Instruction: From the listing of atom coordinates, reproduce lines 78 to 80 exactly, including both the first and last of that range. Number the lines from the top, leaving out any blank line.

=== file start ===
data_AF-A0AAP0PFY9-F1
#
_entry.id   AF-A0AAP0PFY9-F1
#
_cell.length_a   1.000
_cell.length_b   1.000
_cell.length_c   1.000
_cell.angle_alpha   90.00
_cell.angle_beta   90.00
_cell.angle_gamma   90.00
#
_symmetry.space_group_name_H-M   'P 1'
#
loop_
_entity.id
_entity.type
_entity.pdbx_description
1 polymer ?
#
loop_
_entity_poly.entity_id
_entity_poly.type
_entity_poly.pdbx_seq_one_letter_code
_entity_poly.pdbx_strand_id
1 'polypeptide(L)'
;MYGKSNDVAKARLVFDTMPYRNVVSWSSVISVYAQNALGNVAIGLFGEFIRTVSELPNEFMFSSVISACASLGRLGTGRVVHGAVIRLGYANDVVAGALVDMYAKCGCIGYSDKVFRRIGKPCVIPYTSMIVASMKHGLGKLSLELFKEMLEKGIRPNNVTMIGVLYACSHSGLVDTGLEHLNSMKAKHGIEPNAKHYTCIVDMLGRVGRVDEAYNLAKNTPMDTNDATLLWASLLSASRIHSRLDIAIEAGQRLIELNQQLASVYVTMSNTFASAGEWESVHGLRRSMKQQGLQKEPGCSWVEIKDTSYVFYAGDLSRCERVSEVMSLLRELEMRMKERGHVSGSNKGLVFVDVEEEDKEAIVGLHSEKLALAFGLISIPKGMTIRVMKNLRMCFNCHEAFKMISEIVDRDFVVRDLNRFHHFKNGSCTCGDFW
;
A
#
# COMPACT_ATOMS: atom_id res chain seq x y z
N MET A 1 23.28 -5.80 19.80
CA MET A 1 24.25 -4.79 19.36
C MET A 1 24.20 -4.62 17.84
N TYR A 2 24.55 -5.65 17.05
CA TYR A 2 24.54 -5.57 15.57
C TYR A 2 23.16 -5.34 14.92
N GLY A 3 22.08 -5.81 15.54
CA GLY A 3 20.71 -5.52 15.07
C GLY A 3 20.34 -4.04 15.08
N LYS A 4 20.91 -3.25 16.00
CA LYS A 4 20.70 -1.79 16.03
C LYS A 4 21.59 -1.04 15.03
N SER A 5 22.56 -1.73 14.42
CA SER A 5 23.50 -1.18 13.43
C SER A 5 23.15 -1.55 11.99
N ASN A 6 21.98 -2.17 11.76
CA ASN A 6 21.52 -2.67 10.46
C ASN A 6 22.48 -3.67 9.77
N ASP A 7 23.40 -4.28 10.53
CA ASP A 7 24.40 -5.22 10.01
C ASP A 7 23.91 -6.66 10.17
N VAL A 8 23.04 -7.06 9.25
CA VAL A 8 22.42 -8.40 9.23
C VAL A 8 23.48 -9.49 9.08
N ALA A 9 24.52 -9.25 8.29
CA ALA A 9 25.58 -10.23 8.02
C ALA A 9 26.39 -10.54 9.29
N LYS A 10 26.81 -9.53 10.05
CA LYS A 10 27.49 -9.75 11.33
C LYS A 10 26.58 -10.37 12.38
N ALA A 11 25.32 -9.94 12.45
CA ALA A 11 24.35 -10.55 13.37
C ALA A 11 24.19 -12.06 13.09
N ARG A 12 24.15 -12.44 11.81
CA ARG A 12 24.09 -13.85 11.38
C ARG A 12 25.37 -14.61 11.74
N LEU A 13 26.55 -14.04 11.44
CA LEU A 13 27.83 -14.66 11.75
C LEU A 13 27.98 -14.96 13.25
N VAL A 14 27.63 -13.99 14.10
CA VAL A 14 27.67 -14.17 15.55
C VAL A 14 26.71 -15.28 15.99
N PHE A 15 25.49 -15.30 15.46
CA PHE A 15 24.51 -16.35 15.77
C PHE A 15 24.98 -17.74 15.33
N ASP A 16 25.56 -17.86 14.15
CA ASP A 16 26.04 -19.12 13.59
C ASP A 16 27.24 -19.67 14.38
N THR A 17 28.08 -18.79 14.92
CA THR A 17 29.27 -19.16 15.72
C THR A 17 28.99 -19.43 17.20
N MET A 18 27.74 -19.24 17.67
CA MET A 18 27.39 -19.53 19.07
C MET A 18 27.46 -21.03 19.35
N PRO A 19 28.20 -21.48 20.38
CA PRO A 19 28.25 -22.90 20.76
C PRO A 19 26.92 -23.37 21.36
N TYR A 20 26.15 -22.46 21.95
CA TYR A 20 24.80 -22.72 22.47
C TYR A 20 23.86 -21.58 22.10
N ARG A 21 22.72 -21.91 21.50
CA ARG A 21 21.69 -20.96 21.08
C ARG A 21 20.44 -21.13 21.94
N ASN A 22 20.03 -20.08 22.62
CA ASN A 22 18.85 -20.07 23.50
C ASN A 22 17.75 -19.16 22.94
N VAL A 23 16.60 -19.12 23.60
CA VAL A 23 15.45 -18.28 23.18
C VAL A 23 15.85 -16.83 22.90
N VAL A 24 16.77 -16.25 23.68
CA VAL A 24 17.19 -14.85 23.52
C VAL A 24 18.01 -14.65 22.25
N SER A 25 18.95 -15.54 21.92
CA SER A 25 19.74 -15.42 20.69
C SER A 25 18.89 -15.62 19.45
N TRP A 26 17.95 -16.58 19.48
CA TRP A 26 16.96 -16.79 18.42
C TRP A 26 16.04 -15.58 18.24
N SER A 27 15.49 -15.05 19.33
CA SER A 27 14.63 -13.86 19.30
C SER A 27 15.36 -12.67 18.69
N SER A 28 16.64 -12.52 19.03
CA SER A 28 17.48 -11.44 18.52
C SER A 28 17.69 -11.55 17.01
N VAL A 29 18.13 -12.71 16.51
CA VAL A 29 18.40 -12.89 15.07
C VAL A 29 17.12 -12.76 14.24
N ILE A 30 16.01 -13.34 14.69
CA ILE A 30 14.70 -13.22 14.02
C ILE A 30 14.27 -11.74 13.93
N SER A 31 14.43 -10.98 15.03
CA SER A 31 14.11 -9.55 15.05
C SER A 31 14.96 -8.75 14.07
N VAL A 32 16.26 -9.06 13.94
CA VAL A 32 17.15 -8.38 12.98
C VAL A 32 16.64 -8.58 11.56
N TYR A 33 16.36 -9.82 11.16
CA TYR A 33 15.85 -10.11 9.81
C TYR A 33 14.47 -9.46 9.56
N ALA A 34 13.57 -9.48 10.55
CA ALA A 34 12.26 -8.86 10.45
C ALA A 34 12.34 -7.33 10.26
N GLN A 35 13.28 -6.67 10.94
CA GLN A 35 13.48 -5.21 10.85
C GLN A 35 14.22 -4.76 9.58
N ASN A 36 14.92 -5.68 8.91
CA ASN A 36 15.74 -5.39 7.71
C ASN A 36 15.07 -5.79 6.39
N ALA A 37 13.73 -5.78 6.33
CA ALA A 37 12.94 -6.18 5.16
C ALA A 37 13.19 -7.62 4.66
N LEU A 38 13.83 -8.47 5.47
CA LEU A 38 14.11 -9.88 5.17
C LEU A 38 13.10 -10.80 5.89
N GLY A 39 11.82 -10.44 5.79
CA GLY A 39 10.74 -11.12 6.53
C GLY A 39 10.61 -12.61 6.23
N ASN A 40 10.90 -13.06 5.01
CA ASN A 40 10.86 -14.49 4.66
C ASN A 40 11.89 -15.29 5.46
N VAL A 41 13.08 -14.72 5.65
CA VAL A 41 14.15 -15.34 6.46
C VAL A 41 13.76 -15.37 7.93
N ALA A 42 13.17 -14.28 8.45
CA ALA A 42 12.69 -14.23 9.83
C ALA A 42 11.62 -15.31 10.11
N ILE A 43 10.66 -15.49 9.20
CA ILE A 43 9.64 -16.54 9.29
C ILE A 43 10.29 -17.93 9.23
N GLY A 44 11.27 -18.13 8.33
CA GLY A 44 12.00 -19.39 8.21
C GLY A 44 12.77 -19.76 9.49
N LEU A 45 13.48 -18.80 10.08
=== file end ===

C ASP A 16 27.24 -19.67 14.38
N THR A 17 28.08 -18.79 14.92
CA THR A 17 29.27 -19.16 15.72